By Arritta Morris
I thought this week I would talk to you about a subject that I am always needing help on. How do I rescue something I have made mistakes in.
Burned food ... my favorite pastime!
When food burns during cooking, do three things:
1. Stop the food from cooking.
2. Separate the unburned parts from the burned.
3. Treat the unburned parts, if necessary, to prevent a burned taste.
Here is how to do each most effectively:
1. Remove the pot or pan from the heat at once. Fill a container bigger than the pot (use the sink if necessary) with cold water, and put the burned container in the cold water. Speed is of the essence. Just removing a pot from the flame doesn’t stop the cooking; the cold-water plunge does.
2. Using a wooden spoon, remove all ingredients that don’t cling, and transfer to another similar container. Be sure you don’t scrape or forcibly remove anything – take only what comes easily.
3. Taste the food. It is unlikely that it will have a burned taste, but if does, cover the pot with a damp cloth and let it stand for about 1/2 hour. Taste it again. If the taste is still unpleasantly burned or smoky, your food is probably beyond repair – unless you can take advantage of the smoky taste by adding barbecue sauce and renaming it “country style” whatever it was.
I told you one week about a lady who worked in the bakery at EKU for many years by the name of Ms. Cobb. She is an expert at recovering cakes. This is a method I still use today.
Take a sheet cake and cut into squares. Place the two squares on top of each other with a mixture of vanilla pudding that has cut up canned peaches in it between the layers. Then pour some more of this pudding mixture over the top of these two layers. This makes one individual serving. She did this when cakes would bake unevenly in a sheet pan. This was a popular dessert on the serving lines. I went to her 90’s birthday party a few months ago. What a gracious lady she still is. I know she thought I would never make a baker.
Here are some more helpful ideas in dealing with products we use in our kitchens:
Yeast: Old yeast won’t rise. If in doubt, check the expiration date on the package and, if still unsure, “proof” it by adding a little to warm water with 1/2 tsp of sugar. If it bubbles, it’s still good. 2 tablespoons of dry yeast are equal to a 2/3 oz. cake of compressed yeast.
Whipped cream: If you want whipped cream to look right for a long time, as on a dessert or cake that must sit a while, dissolve 1 teaspoon of gelatin in hot milk and beat it into a cup of already whipped cream.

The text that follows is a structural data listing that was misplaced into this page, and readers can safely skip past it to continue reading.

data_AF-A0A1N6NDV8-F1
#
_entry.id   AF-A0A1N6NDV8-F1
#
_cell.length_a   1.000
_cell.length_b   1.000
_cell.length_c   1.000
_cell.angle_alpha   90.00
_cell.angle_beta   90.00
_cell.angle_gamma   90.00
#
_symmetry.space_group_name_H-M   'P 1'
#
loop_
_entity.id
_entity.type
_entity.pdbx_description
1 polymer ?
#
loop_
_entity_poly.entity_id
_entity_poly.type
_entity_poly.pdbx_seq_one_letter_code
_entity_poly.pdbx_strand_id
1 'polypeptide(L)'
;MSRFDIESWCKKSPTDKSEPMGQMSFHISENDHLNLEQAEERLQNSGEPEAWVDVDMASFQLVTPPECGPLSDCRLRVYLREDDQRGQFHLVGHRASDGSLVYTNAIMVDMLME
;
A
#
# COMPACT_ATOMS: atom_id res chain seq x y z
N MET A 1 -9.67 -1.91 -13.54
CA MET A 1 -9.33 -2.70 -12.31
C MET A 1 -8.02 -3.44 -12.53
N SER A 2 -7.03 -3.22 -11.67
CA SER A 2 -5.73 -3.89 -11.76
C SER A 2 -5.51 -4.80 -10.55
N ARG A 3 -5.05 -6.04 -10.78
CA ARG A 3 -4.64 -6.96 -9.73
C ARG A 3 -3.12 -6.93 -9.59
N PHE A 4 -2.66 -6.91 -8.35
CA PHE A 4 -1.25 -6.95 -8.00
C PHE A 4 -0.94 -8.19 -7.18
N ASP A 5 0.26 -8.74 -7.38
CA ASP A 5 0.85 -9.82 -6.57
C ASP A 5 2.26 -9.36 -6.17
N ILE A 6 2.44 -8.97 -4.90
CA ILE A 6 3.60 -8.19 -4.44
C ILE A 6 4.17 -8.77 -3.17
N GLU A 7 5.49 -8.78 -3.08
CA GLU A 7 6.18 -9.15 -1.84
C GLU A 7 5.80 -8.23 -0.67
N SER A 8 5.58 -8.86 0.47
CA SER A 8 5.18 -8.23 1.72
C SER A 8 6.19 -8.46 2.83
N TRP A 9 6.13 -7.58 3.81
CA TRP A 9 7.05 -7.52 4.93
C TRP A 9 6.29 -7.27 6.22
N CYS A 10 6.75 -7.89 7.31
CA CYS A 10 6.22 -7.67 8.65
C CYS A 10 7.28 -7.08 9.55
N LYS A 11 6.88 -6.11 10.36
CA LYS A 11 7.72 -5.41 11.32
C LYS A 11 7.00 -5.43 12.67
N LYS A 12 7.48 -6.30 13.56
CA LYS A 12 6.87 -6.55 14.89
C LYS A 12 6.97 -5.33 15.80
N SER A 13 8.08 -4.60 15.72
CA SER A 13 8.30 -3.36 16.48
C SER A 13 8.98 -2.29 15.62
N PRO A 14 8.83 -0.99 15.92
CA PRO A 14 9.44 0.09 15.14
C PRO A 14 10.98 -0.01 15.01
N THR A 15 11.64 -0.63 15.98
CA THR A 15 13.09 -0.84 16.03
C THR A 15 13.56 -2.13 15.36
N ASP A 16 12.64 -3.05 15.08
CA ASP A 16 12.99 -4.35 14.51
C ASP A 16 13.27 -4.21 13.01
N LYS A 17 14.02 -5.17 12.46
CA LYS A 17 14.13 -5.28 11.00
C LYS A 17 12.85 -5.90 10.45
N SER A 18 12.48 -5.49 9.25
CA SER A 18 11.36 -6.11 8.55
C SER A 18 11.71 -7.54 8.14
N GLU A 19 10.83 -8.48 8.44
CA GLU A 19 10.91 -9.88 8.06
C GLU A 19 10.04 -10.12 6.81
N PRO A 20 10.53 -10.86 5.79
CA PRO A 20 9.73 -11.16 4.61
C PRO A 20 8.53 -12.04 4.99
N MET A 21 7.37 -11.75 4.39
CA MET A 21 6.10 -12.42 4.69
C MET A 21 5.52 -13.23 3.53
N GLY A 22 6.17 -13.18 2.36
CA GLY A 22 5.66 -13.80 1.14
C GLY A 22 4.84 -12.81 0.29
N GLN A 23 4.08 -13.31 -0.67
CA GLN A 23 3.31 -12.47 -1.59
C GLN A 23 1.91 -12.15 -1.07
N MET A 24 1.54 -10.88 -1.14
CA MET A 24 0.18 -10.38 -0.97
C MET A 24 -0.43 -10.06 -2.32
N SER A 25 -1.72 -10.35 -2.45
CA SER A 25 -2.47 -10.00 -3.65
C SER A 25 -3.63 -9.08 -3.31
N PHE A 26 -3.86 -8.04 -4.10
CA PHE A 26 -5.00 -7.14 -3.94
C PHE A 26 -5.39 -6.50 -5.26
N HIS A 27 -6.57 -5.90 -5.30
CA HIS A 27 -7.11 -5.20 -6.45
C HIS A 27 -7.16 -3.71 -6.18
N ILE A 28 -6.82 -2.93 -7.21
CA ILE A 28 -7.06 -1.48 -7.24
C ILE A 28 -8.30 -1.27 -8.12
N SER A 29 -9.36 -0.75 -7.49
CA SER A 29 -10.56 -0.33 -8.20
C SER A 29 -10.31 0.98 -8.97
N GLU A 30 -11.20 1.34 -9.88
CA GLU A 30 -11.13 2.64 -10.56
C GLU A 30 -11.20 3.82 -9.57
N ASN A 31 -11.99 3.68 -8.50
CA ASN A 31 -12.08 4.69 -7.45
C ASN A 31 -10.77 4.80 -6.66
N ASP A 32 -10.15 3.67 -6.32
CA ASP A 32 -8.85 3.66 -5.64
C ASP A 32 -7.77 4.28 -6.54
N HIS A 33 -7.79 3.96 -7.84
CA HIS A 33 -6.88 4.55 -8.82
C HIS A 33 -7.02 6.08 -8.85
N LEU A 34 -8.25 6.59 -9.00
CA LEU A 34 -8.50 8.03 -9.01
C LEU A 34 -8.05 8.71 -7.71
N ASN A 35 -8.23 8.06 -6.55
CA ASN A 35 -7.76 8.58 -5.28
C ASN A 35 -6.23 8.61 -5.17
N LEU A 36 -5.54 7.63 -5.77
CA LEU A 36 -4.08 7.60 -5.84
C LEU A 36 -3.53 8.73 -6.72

Tomatoes: Green tomatoes will ripen off the vine when wrapped in newspaper and stored in a cool place. They will ripen fairly slowly, however, at least 4 days from green to red. Tomatoes that are slightly red will also ripen faster in a closed brown bag in direct sunlight.
Clogged salt shakers: When the salt becomes clogged, overcome this problem by putting 1/2 teaspoon of raw rice or a tiny bit of blotter paper into the salt shaker. Or mix about 1 tablespoon of cornstarch into a normal-sized box of salt. It will pour freely.
I guess the hardest problem I have in cooking is with salt mistakes. The only certain way to decrease saltiness is to increase quantity. A few pinches of brown sugar often have the effect of overcoming saltiness without sweetening. Or, for minor over-salting, cut up a raw potato into thin slices and cook them in the product until they become translucent.
A piece of potato will also make your frying oil in a deep fat fryer last longer.
I have to confess a thing I did when I was in college at EKU about repairing a project in Martha Davis’s cooking class. We had a project to make jelly and jams. Of course, my lab partner and I over did ours and it would not set. So that evening I was on campus and saw the housekeeper in the building and told her I had left a notebook in the classroom, could I go and get it. She was so kind not knowing my little recovery plan. I went into the lab and added a entire box of corn starch to the stuff. The next day we had the best jars in the class. The only thing that saved us was that no one tasted the stuff ... oh, another thing St. Peter is going to have to mark in his book.
Hope I have given you some ideas to help in your everyday adventures in the kitchen. Till next time you drop in ...
Arritta Morris is a graduate of EKU in Nutrition and a Master’s degree in Counseling.She is a Certified Food Specialist by the School and Nutrition Association.